The COVID-19 crisis presents us all with emotional and practical challenges, both personal and professional. Of all these challenges, none is more difficult to face in social isolation than loss, grief and bereavement.
Social connection must become a central pillar of future policy and planning, across sectors, and for the long-term, to manufacture new ways of bringing people together, build social trust, and act as a check and balance against the profound societal shifts taking place.
Thomas Letourneur shares this story about how he stays connected with his grandmother using Famileo’s family newspaper.
Connection Coalition key part of UK Government's major effort to tackle loneliness and social isolation during the coronavirus outbreak
The Government has convened a network of high-profile charities, businesses, organisations and public figures to explore ways to bring people together to build strong community spirit, with a focus on groups at particular risk of loneliness.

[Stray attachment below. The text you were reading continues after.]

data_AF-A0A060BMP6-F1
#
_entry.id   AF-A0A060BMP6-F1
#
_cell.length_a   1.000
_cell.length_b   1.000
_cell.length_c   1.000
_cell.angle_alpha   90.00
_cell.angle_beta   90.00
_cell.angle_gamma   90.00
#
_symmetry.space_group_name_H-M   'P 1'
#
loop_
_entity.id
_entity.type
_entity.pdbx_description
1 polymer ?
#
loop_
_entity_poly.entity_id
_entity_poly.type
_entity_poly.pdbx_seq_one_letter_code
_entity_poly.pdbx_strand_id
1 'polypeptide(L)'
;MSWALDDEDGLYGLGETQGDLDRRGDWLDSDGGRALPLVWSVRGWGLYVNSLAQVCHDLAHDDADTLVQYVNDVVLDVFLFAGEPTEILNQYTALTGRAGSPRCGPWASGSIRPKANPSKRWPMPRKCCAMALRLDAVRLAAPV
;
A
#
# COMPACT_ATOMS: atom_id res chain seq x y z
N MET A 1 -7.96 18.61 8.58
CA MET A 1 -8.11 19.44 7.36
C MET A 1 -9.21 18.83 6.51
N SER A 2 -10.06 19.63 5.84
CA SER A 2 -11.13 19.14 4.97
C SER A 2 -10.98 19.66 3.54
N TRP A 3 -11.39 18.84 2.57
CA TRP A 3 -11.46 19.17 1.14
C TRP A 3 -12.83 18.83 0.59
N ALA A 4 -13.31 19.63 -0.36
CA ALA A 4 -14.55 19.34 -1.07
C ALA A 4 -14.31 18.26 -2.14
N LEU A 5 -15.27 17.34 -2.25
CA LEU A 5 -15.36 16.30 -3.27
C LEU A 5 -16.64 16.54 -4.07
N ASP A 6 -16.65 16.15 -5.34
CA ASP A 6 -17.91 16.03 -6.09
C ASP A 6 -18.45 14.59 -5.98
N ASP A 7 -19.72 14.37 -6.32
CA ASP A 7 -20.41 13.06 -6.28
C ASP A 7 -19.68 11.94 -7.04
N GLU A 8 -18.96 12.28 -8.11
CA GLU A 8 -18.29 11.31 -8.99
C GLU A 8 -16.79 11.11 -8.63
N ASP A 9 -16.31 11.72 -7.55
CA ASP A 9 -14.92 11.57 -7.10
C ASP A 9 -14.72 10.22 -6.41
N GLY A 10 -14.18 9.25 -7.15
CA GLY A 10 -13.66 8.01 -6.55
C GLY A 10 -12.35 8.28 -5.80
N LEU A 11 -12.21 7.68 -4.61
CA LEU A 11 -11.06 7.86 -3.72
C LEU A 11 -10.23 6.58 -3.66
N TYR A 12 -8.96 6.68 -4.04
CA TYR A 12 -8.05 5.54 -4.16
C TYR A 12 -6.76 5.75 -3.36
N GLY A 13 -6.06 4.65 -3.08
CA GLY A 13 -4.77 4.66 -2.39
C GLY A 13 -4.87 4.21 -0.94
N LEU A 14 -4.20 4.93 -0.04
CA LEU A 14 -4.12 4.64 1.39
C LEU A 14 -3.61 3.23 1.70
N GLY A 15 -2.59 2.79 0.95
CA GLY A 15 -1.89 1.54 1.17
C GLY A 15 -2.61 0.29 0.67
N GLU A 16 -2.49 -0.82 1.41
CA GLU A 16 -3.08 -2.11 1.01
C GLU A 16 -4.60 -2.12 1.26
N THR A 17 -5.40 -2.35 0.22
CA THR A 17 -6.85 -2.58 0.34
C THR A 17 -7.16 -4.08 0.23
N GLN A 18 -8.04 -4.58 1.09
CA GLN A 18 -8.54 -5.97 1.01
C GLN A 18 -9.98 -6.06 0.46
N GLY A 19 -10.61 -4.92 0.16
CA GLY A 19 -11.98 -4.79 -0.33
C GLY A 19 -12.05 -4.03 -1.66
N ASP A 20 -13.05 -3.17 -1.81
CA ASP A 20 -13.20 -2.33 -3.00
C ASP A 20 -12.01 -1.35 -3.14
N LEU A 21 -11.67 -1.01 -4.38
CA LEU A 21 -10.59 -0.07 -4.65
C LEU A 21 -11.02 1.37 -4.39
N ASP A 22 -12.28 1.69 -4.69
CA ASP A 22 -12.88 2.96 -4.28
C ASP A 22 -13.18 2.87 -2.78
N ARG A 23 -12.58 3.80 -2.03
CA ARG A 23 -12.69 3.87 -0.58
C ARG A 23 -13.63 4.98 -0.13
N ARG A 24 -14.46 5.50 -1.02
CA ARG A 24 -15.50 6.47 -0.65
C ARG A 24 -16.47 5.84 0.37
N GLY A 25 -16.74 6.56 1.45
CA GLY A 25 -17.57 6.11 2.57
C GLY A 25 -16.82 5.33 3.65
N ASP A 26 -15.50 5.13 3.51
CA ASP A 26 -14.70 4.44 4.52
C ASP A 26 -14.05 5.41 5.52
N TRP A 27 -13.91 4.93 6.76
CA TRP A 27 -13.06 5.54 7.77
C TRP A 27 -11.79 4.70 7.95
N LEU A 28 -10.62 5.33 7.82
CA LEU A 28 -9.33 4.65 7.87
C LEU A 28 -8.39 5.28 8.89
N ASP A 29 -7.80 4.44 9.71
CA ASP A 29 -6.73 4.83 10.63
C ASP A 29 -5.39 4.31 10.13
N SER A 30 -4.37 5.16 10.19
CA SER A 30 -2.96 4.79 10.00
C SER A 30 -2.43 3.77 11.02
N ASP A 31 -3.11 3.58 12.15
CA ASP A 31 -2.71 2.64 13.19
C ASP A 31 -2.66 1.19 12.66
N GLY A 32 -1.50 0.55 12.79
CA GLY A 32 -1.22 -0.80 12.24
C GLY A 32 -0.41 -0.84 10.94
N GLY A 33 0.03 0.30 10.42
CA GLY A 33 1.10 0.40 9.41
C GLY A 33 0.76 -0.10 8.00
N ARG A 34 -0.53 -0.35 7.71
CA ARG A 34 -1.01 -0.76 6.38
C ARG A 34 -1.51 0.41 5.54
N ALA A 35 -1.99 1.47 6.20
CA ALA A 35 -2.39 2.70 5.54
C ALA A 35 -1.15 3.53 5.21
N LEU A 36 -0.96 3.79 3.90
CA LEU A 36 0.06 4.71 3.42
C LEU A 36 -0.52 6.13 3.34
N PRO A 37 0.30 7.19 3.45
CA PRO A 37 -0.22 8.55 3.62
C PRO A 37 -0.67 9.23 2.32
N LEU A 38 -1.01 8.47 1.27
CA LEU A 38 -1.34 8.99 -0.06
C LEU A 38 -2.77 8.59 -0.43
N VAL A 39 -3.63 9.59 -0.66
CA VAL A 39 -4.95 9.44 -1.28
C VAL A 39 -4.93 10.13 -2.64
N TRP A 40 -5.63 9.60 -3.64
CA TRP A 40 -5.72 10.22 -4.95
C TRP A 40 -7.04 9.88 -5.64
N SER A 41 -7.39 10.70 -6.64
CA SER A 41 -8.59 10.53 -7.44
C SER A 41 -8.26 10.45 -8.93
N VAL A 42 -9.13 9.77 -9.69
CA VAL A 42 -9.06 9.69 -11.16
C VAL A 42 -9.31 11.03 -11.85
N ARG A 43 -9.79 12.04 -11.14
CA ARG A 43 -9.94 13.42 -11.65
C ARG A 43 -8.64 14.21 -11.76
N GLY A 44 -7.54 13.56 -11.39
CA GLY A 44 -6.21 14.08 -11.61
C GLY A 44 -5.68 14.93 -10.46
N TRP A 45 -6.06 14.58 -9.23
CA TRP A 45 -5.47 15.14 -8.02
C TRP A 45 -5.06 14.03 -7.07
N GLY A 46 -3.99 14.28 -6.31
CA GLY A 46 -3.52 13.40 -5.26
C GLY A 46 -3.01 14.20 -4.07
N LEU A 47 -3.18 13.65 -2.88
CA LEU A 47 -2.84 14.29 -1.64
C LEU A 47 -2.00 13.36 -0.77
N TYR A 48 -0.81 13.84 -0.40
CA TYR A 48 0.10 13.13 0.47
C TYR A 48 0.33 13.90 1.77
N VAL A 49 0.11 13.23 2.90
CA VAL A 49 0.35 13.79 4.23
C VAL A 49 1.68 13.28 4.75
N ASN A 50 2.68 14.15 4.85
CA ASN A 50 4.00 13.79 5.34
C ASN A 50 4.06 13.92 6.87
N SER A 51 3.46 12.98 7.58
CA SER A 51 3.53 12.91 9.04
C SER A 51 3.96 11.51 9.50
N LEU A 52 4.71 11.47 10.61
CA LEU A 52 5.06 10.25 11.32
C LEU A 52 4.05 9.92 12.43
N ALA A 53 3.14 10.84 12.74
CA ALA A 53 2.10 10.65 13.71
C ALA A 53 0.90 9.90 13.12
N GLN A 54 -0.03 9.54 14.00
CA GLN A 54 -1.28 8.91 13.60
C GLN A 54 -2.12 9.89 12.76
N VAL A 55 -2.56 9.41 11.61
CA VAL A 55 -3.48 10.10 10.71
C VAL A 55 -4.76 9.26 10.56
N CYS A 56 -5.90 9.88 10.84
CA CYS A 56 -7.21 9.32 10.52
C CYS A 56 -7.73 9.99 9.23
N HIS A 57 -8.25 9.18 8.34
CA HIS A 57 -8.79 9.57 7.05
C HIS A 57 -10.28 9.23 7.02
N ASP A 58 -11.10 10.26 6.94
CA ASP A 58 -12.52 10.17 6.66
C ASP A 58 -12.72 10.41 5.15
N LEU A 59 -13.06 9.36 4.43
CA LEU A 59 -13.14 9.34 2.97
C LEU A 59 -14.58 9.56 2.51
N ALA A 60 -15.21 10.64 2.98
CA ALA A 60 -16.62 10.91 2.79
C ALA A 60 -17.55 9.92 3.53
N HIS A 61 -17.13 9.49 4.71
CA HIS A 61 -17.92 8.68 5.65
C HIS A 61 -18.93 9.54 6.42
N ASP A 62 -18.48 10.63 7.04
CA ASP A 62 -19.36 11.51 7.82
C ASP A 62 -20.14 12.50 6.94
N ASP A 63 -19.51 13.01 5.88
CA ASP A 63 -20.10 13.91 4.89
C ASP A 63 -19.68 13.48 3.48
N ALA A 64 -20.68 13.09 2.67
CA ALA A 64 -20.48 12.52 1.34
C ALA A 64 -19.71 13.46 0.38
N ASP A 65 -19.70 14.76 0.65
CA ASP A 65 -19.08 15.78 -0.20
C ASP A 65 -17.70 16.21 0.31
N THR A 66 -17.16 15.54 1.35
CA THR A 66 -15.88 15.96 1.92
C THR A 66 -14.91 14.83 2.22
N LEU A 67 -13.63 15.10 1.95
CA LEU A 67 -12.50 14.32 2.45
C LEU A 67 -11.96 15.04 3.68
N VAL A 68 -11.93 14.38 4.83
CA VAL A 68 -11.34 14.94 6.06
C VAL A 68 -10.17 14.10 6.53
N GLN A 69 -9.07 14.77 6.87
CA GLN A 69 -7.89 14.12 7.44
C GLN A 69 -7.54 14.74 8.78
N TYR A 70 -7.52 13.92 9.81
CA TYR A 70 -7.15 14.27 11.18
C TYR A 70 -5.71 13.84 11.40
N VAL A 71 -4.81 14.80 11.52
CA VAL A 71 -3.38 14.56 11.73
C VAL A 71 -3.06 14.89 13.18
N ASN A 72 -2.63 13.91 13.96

Chief Executive of the Jo Cox Foundation, Catherine Anderson, joined Geri Scott, The Yorkshire Post's Westminster Correspondent, on the Pods Own Country podcast to discuss how, in the lockdown imposed by Coronavirus, the Connection Coalition is highlighting the issue of loneliness - and what we can do to make it better.
News of the Connection Coalition launch, including partners such as the Jo Cox Foundation, Mind, Age UK, the British Red Cross, Nesta and Facebook, was covered on Third Sector.
A new scheme to build connections and stave off loneliness and isolation in the age of social distancing has been launched with the help of the charity formed in memory of MP Jo Cox, as reported in the Yorkshire Evening Post.
A message from Catherine Anderson, CEO of the Jo Cox Foundation, on the short- and long-term impact of the current crisis on social connections in the UK.
Government support for charity sector a valuable first step in helping charities protect the most vulnerable.